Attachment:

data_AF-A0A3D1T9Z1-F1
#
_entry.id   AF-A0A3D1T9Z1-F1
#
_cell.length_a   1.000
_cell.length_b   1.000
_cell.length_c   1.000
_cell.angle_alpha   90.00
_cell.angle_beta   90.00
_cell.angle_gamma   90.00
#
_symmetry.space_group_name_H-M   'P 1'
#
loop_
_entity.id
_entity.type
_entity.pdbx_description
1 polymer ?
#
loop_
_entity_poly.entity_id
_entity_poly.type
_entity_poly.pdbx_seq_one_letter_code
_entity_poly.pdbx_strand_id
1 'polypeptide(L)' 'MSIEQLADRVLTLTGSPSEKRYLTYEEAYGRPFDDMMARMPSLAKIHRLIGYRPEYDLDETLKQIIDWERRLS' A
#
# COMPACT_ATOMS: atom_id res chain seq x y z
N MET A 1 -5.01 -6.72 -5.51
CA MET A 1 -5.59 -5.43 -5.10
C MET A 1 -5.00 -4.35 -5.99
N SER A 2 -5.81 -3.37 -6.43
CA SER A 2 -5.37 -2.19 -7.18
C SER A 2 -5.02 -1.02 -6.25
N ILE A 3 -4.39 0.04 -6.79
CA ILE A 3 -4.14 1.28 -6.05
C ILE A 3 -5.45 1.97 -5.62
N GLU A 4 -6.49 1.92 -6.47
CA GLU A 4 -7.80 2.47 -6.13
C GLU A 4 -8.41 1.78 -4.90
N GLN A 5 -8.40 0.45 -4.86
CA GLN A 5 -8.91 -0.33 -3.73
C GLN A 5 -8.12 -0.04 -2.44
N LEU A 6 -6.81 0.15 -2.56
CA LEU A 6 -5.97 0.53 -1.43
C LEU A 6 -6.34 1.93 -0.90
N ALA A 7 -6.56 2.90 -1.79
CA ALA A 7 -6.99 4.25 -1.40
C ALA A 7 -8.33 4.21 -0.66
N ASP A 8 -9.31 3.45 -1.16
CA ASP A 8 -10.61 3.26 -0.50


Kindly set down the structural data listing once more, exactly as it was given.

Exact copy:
data_AF-A0A3D1T9Z1-F1
#
_entry.id   AF-A0A3D1T9Z1-F1
#
_cell.length_a   1.000
_cell.length_b   1.000
_cell.length_c   1.000
_cell.angle_alpha   90.00
_cell.angle_beta   90.00
_cell.angle_gamma   90.00
#
_symmetry.space_group_name_H-M   'P 1'
#
loop_
_entity.id
_entity.type
_entity.pdbx_description
1 polymer ?
#
loop_
_entity_poly.entity_id
_entity_poly.type
_entity_poly.pdbx_seq_one_letter_code
_entity_poly.pdbx_strand_id
1 'polypeptide(L)' 'MSIEQLADRVLTLTGSPSEKRYLTYEEAYGRPFDDMMARMPSLAKIHRLIGYRPEYDLDETLKQIIDWERRLS' A
#
# COMPACT_ATOMS: atom_id res chain seq x y z
N MET A 1 -5.01 -6.72 -5.51
CA MET A 1 -5.59 -5.43 -5.10
C MET A 1 -5.00 -4.35 -5.99
N SER A 2 -5.81 -3.37 -6.43
CA SER A 2 -5.37 -2.19 -7.18
C SER A 2 -5.02 -1.02 -6.25
N ILE A 3 -4.39 0.04 -6.79
CA ILE A 3 -4.14 1.28 -6.05
C ILE A 3 -5.45 1.97 -5.62
N GLU A 4 -6.49 1.92 -6.47
CA GLU A 4 -7.80 2.47 -6.13
C GLU A 4 -8.41 1.78 -4.90
N GLN A 5 -8.40 0.45 -4.86
CA GLN A 5 -8.91 -0.33 -3.73
C GLN A 5 -8.12 -0.04 -2.44
N LEU A 6 -6.81 0.15 -2.56
CA LEU A 6 -5.97 0.53 -1.43
C LEU A 6 -6.34 1.93 -0.90
N ALA A 7 -6.56 2.90 -1.79
CA ALA A 7 -6.99 4.25 -1.40
C ALA A 7 -8.33 4.21 -0.66
N ASP A 8 -9.31 3.45 -1.16
CA ASP A 8 -10.61 3.26 -0.50